Opinion: Conducting is neither “male” nor “female”

Posted on: March 17, 2015

In Thursday’s (3/12) Guardian (London), soprano and conductor Barbara Hannigan writes, “When I was about 10, I decided I was going to be a musician. I wasn’t sure what kind, but conducting was not something I even considered…. With conducting I was expanding into a field dominated by men. I didn’t think of it like that, though—it was simply something I needed to explore as a musician. But as time went on, I noticed that ‘female’ was now attached to the ‘conductor’ label, where it had never been attached to the singer label…. Conducting is one of those few final frontiers in which there is a dearth of women. For me, though, the issue is much more complicated than a call of ‘We need more women conductors!’ It is musicianship, psychology and technical skill all bound together in a rare type of leadership that is elusive. It is neither male nor female.… Before a woman gets on the podium, she needs to get into a conducting class at university, and before that even, she needs to see the career as a viable option … A friend’s young daughter saw me conducting on TV the other day, and said: ‘Mommy, I didn’t know women were allowed to be conductors.’ ”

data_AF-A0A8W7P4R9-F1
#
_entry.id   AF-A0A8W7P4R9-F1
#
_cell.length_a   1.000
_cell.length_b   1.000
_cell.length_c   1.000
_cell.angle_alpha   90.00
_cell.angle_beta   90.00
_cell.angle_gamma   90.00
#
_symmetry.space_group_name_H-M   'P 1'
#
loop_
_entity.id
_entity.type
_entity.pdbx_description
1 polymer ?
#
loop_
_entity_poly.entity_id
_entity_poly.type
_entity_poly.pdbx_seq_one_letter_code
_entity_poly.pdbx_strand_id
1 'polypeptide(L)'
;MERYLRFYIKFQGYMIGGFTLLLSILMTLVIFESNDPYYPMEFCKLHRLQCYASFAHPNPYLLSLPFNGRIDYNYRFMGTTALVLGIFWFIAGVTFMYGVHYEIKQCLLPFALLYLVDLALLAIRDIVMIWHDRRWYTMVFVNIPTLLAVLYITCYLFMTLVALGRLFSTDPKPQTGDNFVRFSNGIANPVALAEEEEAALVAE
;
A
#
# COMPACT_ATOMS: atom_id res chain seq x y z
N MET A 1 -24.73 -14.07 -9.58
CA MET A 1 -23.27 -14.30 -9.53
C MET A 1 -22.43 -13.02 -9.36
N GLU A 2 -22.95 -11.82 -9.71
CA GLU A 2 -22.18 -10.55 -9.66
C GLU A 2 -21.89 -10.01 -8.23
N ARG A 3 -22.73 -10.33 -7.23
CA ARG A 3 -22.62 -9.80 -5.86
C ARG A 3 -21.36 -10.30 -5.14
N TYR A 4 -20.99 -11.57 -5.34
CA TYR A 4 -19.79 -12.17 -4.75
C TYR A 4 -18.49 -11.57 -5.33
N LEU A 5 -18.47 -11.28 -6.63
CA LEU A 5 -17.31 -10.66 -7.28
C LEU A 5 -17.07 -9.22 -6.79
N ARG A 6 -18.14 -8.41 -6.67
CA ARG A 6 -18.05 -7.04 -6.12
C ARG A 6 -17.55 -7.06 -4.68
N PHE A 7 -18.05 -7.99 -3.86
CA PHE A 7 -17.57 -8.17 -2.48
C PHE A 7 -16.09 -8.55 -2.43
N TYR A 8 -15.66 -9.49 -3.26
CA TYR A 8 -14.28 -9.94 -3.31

Posted March 17, 2015